IF the Australian regions were a group of friends Canberra would be the brains; Queensland the sporty one; Northern Territory the spiritual one; Western Australia the all-rounder and Tasmania… the last one to be picked on sports day.
The blame for its seeming unpopularity lies squarely on the island’s reputation for stupidity (jokes about depleted gene pools are still rife); fierce independence (separated from the rest of Australia by the Bass Straight) and coldness (it’s famed for its unpredictable weather).
But knowing the sports day shame too well, I set myself a mission to discover a better side to Tasmania.
Luckily for me, the island is currently riding high on a wave of interest. Access is better than ever – The Spirit of Tasmania has increased ferry services into Devonport to keep up with demand, and Jetstar Airways started direct services into Hobart and Launceston last year.
Visitors wanting to pad across the white sands of Wineglass Bay or eat fresh crab on Hobart’s harbour can now get there with relative ease.
But Lake St Clair National Park is what attracts most visitors, with hikers, families and couples coming to enjoy the fresh air – reputedly the cleanest in Australia.
With snow-capped craggy peaks, cascading waterfalls, mirrored lakes and the smell of fresh pine, it’s Australia’s answer to Yellowstone Park.
Guests can stay in one of the many wilderness tents, timber lodges, boutique cabins or five-star properties on the park’s outskirts and then drive or take a shuttle bus into the park each day, paying £8 per vehicle or £4 per person.
Once inside, visitors can hire bikes, hike, ramble, spot local wildlife including possums and wallabies or simply enjoy a lakeside picnic.
The most popular hike is the world-famous and notoriously tricky Overland Track to (and over) the 5,068ft summit of Cradle Mountain – so called for its natural dip. Here walkers can experience snow, rain, strong winds and blazing sunshine in one day.
Thankfully, you don’t need to be a hardened rambler to enjoy the experience. In fact, to spend all day hiking seems like a waste of perfectly good relaxation time – the scenery is so tranquil, worries seem to melt away.
After my three-hour stroll around shimmering Dove Lake – over wooden walkways, through temperate rainforests and between clear-running streams – I treated myself to a massage in my hotel’s spa, followed by a dip in a bubbling outdoor bath filled with tea-tree oil (the native plant).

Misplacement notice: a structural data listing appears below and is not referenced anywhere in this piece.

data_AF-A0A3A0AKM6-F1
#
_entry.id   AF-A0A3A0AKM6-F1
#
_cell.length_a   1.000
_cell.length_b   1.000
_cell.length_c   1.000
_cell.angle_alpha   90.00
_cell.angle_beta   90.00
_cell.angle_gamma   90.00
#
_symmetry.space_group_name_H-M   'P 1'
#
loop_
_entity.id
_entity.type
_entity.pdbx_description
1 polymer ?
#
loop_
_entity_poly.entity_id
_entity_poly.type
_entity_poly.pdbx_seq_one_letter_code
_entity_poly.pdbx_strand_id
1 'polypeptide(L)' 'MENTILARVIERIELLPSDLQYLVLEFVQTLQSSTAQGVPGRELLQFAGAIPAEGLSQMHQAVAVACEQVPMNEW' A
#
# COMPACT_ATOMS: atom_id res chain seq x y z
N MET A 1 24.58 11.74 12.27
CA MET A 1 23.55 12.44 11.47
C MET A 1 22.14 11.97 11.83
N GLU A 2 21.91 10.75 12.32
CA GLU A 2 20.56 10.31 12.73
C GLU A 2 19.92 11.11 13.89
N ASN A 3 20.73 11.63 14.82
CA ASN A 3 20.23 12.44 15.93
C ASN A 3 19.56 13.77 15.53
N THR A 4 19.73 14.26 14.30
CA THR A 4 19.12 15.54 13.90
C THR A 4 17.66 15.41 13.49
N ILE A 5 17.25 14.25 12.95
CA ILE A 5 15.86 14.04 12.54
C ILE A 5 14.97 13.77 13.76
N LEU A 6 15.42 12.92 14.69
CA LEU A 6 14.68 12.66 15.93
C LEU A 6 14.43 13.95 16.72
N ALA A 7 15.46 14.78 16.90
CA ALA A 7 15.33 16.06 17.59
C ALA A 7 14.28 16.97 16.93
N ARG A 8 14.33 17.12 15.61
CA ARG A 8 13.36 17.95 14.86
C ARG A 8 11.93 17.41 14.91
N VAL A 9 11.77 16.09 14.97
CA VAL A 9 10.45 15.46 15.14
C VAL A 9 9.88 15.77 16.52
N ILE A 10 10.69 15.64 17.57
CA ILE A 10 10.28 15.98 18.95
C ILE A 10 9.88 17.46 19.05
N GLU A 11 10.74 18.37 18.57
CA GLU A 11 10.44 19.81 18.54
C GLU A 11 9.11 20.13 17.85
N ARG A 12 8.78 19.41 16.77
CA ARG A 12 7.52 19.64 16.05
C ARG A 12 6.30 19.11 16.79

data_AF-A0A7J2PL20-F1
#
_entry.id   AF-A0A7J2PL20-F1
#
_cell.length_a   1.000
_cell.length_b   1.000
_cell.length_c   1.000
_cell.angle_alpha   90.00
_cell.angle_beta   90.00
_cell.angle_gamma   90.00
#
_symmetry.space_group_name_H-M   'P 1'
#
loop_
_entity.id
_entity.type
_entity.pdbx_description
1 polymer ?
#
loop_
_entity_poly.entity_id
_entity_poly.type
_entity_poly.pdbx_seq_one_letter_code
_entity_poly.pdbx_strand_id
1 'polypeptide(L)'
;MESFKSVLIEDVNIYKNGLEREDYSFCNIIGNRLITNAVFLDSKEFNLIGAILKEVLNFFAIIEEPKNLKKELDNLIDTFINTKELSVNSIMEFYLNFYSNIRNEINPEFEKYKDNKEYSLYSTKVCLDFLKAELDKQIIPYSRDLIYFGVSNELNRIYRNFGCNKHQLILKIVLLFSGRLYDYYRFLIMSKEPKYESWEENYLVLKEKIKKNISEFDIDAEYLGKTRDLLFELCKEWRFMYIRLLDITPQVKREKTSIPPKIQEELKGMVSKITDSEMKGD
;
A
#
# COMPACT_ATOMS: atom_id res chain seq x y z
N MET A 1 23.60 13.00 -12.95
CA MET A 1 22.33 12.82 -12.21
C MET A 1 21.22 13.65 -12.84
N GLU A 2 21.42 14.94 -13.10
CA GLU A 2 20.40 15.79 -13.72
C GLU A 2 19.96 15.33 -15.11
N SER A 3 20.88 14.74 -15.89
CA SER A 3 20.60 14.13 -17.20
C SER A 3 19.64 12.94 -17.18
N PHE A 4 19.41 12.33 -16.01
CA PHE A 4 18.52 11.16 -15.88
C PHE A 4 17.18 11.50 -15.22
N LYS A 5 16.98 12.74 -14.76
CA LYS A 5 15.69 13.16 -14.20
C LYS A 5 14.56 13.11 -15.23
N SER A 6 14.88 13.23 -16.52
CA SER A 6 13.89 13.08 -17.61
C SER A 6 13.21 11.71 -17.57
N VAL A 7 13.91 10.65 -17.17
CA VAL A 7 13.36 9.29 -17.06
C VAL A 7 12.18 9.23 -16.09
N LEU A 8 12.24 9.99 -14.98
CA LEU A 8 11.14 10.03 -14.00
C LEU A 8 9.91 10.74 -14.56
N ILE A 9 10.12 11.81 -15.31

Being submerged in steaming liquid while crisp air coats your face and shoulders like a cool flannel is a wonderful sensation, and I had the whole spa to myself. In fact, surveying the panoramic snow-capped view around me, I realised there wasn’t a soul in sight.
For more adventurous guests there’s camping, making new friends and swapping stories around the barbecue before clambering into fat sleeping bags to nod off under winking stars – the day’s fresh air and exercise aiding a perfect slumber.
Meanwhile in the lodges, guests can pour themselves a warming glass of port to enjoy in front of a crackling fire. Bottles of the good stuff can generally be found next to slabs of homebaked shortbread and notes inviting you to help yourself.
Attempting to light the fire in my wooden hut after one too many – made even trickier by a curious possum – it occurred to me what the island’s best trait is: it may not be sporty, smart, or particularly spiritual, but Tasmania sure is pretty.
On the web:Virtual tour of Dove Lake from ultimedia.com.au
CRADLE MOUNTAIN LODGE, TASMANIA
Where is it?
What’s it like?
A five-star wilderness retreat with 86 timber cabins dotted around the forest and a main rustic lodge where guests check in.
Hard not to in a cabin bigger than the average one-bedroom flat in London. Roll one way in the king-size bed and let the burning embers of a real fire lull you to sleep, or roll the other and stare out of the floor-to-ceiling windows at the view. A dip in the deck’s outdoor bubbling spa shouldn’t be missed. And did I mention the port?
A separate spa cabin where guests can be massaged while staring out of (yet more) floor-to-ceiling windows or pummelled in a large outdoor spa. The lodge also hosts wine and cheese tasting and animal night viewing tours can be experienced for a small fee.
Eat in or out?
In. The restaurant is in the main lodge which has a roaring fire and a walk-in wine cellar. My beef in red wine sauce was tender and juicy and my chocolate mousse pudding was rich, yet light. The buffet breakfast wasn’t in the same league but did the job.
Service was professional with the friendly Aussie charm making guests feel at home.
Recommend it? Highly. It’s the perfect romantic getaway for couples touring Australia.
Total rating: 25/30
Travel 2/4 offers seven nights’ room-only accommodation from £602 per person twin-share in August staying in a spa suite.